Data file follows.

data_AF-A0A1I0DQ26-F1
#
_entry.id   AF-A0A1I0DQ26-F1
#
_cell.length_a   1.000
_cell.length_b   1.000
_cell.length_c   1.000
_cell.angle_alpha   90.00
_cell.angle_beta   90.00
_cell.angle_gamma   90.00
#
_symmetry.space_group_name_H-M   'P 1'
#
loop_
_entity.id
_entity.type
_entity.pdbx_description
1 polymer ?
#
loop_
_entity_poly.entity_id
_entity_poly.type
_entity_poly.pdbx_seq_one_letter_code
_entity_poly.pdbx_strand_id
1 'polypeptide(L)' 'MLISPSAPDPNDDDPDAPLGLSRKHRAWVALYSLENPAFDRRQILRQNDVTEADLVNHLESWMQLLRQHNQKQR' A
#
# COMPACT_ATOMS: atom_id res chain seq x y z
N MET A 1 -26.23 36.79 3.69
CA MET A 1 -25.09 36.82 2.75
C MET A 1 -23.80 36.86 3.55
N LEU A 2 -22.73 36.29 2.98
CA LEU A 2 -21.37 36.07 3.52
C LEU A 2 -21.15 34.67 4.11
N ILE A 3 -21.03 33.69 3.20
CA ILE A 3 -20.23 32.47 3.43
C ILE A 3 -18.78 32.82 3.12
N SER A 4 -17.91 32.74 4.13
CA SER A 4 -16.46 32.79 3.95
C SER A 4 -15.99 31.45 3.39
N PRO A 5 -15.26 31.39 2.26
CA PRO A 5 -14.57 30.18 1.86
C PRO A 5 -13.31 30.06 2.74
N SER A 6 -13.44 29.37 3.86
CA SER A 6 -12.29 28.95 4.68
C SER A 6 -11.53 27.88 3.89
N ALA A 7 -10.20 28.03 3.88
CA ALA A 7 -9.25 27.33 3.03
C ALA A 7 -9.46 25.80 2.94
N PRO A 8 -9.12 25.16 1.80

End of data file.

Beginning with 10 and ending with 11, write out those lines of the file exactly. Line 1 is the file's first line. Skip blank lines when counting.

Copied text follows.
_cell.angle_gamma   90.00
#